The study referred to above also raised concerns about hygiene, air quality and health of both hens and workers. Ms. Hui continues: “With cages, manure drops through the wire floor, collected safely away from both the bird and the eggs. But when the birds are free to roam, it can be difficult to control where the eggs and manure end up.” The dust level in the cage-free environment is eight to ten times higher than that of caged systems. “In most categories, problems with furnished cages were less severe than they were with either battery or cage-free systems.”

Under the heading “A chicken’s nature”, Ms. Hui refers to various experts with respect to chickens and their traits and concludes: “Some researchers consider the animals’ health and production the main indicators. Others focus on the stress, pain or fear they may experience. Still other researchers argue that, above all else, animals must be free to express natural behaviours. Science can measure such factors as animal health or natural behaviours; but choosing which is more important is an ethical decision – not a scientific one.

Ms. Hui says that customers who are confused with the labeling of eggs or the costs of different types of eggs have good reason to be. Some of the terms, such as “all natural” and “farm fresh” have little or no

meaning. Others such as “free range” do have meaning (the birds have at least some access to the outdoors). Critics say that, unless the egg is certified organic, there is little official oversight. Even the Canadian Food Inspection Agency, responsible for food labeling, does not have clear definitions of what “free run” and “free range” should mean, making enforcement problematic. The Agency advises that, ultimately, the consumer is relying on the integrity of whoever packaged the product.

Ms. Hui refers to the opinions of Dr. Temple Grandin under the heading “A free-range future?” Dr. Grandin, alluding to the initiative by McDonald’s of a ten-year deadline for cage-free eggs, is optimistic about the deadline being met. She thinks that the obstacles to this goal are solvable. She explains that issues such as bone fractures can be partly addressed through genetics and design. Others may require producers to compromise by reducing crowding. She draws the line, however, at the entire industry going free-range. “I don’t think we can put every chicken outside. I don’t think that is feasible!”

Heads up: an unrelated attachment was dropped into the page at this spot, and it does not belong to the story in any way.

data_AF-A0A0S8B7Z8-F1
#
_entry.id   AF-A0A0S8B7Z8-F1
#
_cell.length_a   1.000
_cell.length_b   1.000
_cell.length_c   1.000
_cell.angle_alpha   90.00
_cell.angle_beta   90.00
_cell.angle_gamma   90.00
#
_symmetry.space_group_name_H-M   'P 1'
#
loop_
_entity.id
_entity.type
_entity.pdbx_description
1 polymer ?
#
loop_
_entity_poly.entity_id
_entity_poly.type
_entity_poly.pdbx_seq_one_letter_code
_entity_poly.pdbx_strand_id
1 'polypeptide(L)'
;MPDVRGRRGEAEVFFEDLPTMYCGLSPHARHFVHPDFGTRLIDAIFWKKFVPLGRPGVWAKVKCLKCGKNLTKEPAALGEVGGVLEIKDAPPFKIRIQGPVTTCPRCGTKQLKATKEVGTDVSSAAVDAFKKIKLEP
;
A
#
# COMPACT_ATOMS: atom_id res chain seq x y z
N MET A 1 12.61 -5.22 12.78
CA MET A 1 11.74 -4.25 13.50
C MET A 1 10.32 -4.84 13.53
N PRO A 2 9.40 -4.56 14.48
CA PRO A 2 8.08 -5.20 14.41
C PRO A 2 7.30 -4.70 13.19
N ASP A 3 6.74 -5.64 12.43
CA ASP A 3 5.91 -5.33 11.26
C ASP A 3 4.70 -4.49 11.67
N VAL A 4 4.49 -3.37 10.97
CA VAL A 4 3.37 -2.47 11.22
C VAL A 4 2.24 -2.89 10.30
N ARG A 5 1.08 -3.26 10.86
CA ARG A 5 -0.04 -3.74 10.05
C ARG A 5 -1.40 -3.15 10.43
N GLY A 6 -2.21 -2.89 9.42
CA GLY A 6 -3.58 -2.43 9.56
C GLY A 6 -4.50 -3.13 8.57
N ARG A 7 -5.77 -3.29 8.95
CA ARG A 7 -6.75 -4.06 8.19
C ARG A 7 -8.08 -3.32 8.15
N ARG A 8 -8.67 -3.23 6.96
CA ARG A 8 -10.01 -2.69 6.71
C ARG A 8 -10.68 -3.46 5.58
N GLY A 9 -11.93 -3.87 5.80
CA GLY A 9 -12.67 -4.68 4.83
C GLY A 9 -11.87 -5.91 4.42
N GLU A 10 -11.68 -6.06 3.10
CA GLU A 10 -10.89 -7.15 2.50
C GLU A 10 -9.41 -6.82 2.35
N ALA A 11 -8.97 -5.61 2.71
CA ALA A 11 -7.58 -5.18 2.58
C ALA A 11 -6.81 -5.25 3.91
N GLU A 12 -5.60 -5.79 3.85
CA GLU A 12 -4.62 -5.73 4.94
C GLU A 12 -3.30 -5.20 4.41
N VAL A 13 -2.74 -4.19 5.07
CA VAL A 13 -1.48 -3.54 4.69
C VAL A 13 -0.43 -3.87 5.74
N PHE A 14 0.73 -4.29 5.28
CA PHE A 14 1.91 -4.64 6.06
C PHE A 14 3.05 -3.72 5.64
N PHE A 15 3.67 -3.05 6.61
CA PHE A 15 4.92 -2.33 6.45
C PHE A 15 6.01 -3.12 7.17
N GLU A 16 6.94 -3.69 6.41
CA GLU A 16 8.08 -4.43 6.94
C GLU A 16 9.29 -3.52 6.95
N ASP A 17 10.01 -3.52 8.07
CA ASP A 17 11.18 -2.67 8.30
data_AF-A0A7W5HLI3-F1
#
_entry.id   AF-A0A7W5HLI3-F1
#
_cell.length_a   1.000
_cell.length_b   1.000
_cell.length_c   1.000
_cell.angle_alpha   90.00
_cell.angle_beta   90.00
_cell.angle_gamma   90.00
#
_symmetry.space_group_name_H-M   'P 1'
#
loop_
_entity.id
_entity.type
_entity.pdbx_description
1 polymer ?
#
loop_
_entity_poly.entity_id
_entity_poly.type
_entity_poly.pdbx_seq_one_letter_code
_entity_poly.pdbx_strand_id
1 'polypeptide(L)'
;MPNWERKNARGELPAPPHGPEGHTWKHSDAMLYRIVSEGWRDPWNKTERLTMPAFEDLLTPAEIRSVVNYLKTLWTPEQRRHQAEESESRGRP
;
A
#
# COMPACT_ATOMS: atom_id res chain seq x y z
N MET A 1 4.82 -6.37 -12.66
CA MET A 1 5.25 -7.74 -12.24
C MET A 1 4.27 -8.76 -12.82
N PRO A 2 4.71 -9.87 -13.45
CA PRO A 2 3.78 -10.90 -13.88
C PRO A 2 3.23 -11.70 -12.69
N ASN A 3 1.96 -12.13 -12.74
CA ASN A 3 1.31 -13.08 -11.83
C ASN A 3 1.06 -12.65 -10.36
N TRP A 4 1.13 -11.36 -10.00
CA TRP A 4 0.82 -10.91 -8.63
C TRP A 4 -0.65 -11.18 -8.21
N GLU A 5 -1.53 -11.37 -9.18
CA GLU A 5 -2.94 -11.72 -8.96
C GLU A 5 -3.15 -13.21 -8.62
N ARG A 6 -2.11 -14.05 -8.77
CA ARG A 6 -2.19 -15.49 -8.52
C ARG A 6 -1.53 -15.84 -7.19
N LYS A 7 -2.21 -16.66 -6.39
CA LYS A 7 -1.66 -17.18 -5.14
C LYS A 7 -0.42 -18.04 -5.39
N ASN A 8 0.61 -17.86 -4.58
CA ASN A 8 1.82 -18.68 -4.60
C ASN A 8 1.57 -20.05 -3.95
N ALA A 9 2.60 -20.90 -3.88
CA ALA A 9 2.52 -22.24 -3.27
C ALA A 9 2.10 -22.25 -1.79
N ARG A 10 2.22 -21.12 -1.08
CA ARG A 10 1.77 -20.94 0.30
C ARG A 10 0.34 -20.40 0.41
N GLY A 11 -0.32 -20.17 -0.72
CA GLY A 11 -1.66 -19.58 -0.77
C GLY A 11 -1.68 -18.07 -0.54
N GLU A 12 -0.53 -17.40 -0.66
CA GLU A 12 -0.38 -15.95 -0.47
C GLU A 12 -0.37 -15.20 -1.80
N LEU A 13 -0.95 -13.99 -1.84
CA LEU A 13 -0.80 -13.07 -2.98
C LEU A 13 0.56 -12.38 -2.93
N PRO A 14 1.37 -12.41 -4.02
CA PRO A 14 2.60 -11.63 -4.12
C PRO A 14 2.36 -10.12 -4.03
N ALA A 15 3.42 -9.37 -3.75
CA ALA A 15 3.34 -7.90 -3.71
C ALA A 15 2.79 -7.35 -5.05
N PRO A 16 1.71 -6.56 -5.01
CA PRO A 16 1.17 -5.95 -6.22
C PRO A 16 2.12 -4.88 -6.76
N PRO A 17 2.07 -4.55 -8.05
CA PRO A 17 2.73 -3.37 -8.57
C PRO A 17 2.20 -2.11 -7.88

Ms. Hui has authored an article that appears in the Globe and Mail at the same time as that summarized above and entitled “Eggs done two ways”. She describes how veteran farmers provide a bird’s eye view of furnished cages vs. Free range. She describes the conditions at the farm of Rob Martens of Chilliwack, B.C., indicating that he runs a serious egg-producing business supplying businesses like Costco. His operation is “free-range” and he is proud of how his hens live. In good weather the hens are allowed to roam in the field. But, Ms. Hui adds, Mr. Marten’s decision to go “cage-free” has little to do with animal welfare and because the farm was available. He calls “cage-free” the trend of the day; but he doubts the entire industry will switch. Ms. Hui states that ninety percent of the eggs Canadians consume come from battery-cage hens.

Ms. Hui concludes by describing a different egg-production environment in the Niagara Region, where |Roger Pelissero’s hens are housed in furnished cages in an enormous machine “which they saw as a compromise between the economic benefits of battery and the best interests of animal welfare.” The operation of this farm is very automated. With respect to animal welfare, Mr. Pelissero advises that about 95% of his birds produce eggs every day. “If my production is high, (the hens) are happy. If they are stressed out, production is low.”